Palace reliefs of the Neo-Assyrian Empire (883-612 BCE) have a long-acknowledged content of a "historical" or "historicizing" character, especially visible in many scenes of battles and sieges. They are, however, also characterized by a distinctive manner of formulaic representation focusing especially on the ruler figure and his associates.1 Chains of visual formulas sometimes run through entire series of panels, as is the case in Room G of the Northwest Palace of Ashurnasirpal II (883-859 BCE) in Nimrud (Fig. 1). Sometimes such formulas appear individually and discretely, tucked in scenes that otherwise have a "narrative" or "historicizing" character, such as the scene of "encounter" between the enthroned Sennacherib (704-681 BCE) and a royal associate wearing a headband in the panoramic relief series of Sennacherib's Southwest Palace in Nineveh depicting the historically identifiable siege of the Judean city of Lachish.2 Such visual formulas in Assyrian reliefs have a distinct semantic capacity and their deployment is a conscious and wellcalculated device on the part of the designers of relief programs to create a visual language of a "hieratic" character.
This hieratic visual language seems to pertain to fundamental philosophical and religious notions that permeated Assyrian kingship and theocracy, many aspects of which are still relatively obscure to us/ Even though a definitive interpretation of these visual configurations may not be possible, their consistent and almost mathematically thought-out design, treatment, and occurrence in the reliefs should be taken as indications that what one faces here is a special system of visual denotation and connotation, not unlike the ancient Egyptian visual formulas such as the sema taïuy, "union," which refers to the unification of the two lands of Upper and Lower Egypt, or the Egyptian king smiting captured enemies with a mace (Figs. 2, 3). These designs have a standardized emblematic quality that takes them out of the ordinary realm of pictorial representation, placing them in a timeless rhetoric of hieratic or cosmic character.
One could think that Neo-Assyrian art has a semiotic dimension analogous to the aforementioned Egyptian formulas, an understanding of which need not be contingent on explicit textual parallels found either inscribed on the reliefs themselves or in other contemporary literary or "historical" sources. This semiotic element has autonomous dimensions, as it were, which render Assyrian visual culture a mode of signification or communication almost independent from writing and texts.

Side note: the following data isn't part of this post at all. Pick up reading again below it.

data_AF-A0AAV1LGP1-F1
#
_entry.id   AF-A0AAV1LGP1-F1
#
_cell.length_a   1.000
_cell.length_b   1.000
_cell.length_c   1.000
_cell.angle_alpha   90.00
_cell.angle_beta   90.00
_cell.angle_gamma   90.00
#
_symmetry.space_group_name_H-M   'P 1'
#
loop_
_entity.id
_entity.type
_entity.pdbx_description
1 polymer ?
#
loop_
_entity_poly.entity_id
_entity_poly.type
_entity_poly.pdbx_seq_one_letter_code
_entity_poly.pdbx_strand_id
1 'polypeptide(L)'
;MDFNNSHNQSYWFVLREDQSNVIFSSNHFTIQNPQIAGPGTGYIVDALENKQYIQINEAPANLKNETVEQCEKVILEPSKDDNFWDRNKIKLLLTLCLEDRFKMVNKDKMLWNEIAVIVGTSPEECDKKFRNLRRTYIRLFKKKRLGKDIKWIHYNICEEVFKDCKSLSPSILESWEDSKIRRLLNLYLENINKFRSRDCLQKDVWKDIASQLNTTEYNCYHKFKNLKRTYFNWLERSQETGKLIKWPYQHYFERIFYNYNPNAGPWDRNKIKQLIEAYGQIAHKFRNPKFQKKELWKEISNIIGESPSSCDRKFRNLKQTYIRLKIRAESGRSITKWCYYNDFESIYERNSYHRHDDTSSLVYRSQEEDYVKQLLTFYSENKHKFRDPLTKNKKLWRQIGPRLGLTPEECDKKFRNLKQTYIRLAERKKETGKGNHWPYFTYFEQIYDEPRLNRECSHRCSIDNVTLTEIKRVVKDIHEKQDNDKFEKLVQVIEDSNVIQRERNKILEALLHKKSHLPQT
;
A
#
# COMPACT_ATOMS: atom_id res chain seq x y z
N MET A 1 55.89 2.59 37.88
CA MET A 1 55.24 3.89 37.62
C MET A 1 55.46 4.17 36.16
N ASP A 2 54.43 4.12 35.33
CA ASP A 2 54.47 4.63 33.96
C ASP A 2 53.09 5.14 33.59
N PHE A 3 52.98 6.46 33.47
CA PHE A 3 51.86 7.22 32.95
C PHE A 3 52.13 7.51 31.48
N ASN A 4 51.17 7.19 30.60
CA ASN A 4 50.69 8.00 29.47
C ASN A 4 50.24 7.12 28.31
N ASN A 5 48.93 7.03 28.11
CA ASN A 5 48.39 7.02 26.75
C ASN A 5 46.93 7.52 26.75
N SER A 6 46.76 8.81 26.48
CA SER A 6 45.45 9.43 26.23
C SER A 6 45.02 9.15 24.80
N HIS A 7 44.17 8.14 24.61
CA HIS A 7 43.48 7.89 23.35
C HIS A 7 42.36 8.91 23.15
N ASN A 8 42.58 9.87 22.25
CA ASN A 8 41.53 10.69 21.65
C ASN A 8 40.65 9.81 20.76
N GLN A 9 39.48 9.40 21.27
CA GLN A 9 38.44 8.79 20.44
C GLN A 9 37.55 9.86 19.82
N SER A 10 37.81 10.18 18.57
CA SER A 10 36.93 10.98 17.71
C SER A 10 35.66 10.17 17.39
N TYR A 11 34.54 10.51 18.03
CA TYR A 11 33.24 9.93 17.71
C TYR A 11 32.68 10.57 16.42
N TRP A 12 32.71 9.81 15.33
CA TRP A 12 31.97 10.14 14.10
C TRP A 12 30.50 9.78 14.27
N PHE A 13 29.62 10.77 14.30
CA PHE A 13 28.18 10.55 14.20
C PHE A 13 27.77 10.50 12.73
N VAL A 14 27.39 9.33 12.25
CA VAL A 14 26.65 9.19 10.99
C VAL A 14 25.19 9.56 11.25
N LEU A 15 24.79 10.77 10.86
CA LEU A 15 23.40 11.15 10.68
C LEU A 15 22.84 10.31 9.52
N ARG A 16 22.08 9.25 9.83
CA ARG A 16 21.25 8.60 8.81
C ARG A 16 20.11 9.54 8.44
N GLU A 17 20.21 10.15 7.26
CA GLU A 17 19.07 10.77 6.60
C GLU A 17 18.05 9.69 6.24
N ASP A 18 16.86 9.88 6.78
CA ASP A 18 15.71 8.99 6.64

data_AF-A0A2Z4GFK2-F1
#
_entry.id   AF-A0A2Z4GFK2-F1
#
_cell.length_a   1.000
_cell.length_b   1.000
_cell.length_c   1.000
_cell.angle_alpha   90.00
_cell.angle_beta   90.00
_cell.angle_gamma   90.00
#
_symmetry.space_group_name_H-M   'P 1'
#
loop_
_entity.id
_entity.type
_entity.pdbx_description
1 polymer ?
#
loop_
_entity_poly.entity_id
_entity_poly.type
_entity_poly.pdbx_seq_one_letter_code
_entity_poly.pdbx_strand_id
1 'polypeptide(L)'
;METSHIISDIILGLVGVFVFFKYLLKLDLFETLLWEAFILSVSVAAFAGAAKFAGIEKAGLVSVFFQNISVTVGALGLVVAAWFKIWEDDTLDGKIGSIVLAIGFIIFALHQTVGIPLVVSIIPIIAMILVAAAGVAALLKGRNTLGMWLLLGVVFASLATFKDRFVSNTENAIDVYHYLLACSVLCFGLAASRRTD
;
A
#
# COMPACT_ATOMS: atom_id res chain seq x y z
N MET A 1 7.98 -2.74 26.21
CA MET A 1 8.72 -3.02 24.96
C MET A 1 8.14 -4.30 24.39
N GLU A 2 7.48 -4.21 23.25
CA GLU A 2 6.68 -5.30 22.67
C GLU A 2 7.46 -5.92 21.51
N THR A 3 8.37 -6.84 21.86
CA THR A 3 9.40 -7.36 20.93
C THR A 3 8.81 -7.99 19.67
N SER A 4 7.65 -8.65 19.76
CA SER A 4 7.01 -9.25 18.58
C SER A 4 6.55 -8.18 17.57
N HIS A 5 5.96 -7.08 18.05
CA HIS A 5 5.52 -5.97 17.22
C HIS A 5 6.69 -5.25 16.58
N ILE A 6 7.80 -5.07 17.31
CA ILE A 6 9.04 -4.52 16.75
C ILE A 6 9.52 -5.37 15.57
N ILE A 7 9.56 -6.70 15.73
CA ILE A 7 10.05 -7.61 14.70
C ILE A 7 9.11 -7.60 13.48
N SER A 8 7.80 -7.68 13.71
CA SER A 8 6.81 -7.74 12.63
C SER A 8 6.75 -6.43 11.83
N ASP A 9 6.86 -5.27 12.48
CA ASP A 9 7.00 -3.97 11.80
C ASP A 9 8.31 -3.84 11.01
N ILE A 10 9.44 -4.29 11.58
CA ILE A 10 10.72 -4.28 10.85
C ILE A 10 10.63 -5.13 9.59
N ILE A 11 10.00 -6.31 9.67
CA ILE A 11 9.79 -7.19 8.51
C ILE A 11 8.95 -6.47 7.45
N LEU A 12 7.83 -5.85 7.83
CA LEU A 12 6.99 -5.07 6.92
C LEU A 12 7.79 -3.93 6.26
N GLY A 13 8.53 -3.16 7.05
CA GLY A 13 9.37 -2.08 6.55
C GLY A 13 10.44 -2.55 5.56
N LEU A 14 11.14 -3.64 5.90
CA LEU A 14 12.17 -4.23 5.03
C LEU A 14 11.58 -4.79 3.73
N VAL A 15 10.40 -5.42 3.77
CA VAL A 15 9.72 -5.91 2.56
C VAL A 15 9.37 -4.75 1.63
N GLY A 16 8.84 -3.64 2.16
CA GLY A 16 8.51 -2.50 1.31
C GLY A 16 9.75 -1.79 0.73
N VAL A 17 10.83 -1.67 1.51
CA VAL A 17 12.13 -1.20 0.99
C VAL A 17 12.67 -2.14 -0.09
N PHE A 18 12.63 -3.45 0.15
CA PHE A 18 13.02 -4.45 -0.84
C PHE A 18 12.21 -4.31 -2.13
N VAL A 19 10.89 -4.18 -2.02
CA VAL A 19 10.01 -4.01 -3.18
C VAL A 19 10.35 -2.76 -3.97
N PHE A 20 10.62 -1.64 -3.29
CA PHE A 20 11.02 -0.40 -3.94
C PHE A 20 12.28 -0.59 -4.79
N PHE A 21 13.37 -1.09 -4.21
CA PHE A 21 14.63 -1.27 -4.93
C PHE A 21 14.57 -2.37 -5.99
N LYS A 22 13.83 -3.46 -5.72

Learning from Egypt
In the studies of both ancient Egyptian and Mesopotamian art, mention is often made of a semantic and functional relation between art and writing in dealing with the formative periods of the visual cultures of the two geographic areas, both of which can roughly be dated about 3000 BCE.4 The combination, or coextensiveness, of art and writing in the earliest phases of ancient Mesopotamian and Egyptian art is a complex topic, a full treatment of which would go beyond the scope of this paper. Nevertheless, one aspect of this phenomenon is extremely relevant to my inquiry: in both Mesopotamia and Egypt, elements of visual representation of the emblematic type referred to above appear on elite art objects far earlier than actual mature writing or script enters the artistic and intellectual sphere.'" In the absence of continuous texts or written literature, these earliest formulaic images may be thought to have addressed and recorded certain fundamental philosophical and religious concepts that could not otherwise have been recorded in any permanent format.1' It is precisely this quality or potency of emblematic or formulaic representation that constitutes the bedrock for the kind of "scriptual" or "semiotic" element examined here in relation to the art of the Neo-Assyrian Empire.
I should also like to stress that this formulaic representation has nothing directly to do with text-image problems, and that this examination makes no attempt to "read" art as if it were a text. …